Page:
Minocycline attenuates microglia activation and arrests neuro-inflammation resulting in restoration of normal neuronal-microglia communication, controlling the pro-inflammatory profile especially in moderate and severe COVID-19 patients. This decreases the risk of developing long-term CNS consequences of SARS-CoV-2 infection. The following evidence supports our hypothesis:

(i) Minocycline is a safe anti-inflammatory drug;

(ii) In addition to anti-microbial activity, it is anti-inflammatory, antioxidant, inhibits ion channels and apoptosis and promotes neuronal regeneration in rodents (Miyachi et al., 1986; Rifkin et al., 1994; Tikka et al., 2001; Liu et al., 2007; Nutile-McMenemy et al., 2007). These actions, in addition to its ability to inhibit microglia are likely to contribute to beneficial effects in inflammatory diseases and CNS disorders including stroke (O'Dell, 1999; Naderi et al., 2020);

(iii) minocycline has high lipid solubility, readily crossing the BBB;

(iv) minocycline is the leading neuroprotective tetracycline, mainly by inhibition of microglia activation (Garrido-Mesa et al., 2013);

(v) minocycline treatment effectively decreases inflammatory cytokines such as TNF, IL-1β, and IL-6 (Sharma et al., 2018), all highly expressed in COVID-patients and related to increased neurological damage (Chen N. et al., 2020);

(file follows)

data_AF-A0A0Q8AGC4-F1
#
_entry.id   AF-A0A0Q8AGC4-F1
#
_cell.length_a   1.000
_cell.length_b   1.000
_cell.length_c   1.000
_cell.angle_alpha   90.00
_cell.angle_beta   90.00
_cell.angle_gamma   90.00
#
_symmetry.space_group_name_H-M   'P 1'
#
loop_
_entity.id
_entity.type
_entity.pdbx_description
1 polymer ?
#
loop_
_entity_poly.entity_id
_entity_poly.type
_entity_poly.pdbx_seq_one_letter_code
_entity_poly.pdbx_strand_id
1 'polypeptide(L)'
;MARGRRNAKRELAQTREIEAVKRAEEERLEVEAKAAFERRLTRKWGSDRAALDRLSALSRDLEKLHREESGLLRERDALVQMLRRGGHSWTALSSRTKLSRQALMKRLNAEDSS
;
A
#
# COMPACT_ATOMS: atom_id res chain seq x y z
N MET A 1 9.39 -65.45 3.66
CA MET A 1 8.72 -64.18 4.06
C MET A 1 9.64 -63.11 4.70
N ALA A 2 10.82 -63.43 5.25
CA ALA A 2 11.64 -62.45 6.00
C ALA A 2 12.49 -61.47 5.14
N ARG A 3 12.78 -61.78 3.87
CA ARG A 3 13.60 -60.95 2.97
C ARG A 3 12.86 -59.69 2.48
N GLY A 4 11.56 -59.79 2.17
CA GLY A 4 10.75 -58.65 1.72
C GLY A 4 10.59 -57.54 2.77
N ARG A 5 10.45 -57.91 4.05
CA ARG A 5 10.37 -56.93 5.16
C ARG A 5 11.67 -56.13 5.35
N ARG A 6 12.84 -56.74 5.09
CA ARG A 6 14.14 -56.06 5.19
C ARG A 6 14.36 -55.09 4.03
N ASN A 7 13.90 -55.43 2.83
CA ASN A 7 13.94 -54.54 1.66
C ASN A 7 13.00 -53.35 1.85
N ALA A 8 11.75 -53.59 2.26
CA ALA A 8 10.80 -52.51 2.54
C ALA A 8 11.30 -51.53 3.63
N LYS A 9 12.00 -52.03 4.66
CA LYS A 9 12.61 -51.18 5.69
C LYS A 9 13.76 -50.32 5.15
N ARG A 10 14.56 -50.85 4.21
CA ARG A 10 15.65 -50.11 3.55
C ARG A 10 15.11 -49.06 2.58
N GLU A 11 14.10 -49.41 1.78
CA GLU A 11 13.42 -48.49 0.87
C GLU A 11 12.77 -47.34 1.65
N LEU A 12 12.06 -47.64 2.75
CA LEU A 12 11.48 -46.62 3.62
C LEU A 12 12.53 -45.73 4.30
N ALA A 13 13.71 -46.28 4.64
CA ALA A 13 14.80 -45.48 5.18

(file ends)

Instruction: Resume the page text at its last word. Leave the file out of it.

(vi) it is not an antiviral, however, it might act directly on the coronavirus by chelating zinc compounds on matrix metalloproteinase necessary for virus survival, infiltration and replication in the host (Sodhi and Etminan, 2020);

(vii) alterations in fecal microbiota in Covid-19 patients were associated with severity and fecal levels of SARS-CoV-2 and gut dysbiosis persisted even after recovery (Zuo et al., 2020). These might also be attenuated by minocycline since it has been shown to modulate the composition of the gut microbiota and attenuate gut pathology in hypertension and depression (Schmidtner et al., 2019; Sharma et al., 2019; Yang et al., 2020);

(viii) Its ability to reduce lung inflammation in PH and potentially beneficial effects in diabetes, obesity and hypertension are added bonuses. Finally, COVID-19 is emerging as a complex disease involving multiple organs and patients undergo multiple drug treatment to control diverse symptoms. Therefore, potential drug interactions should be considered before addition of minocycline since this anti-inflammatory antibiotic could produce adverse interactions with anti-viral drugs, other antibiotics and drugs acting on the central nervous system.

In conclusion, we believe that not only is there is an urgent need for effective therapies to minimize systemic effects of SARS-CoV-2 and its pro-inflammatory profile, but also to mitigate its CNS effects that are potentially long-term. Minocycline has effective mechanisms to protect the CNS, it attenuates neuroinflammation, counteracts the cytokine storm, modulates gut microbiome, and might inhibit viral replication. If confirmed, our hypothesis may represent an important contribution to prevent neurological impacts of infection and improve COVID-19 management.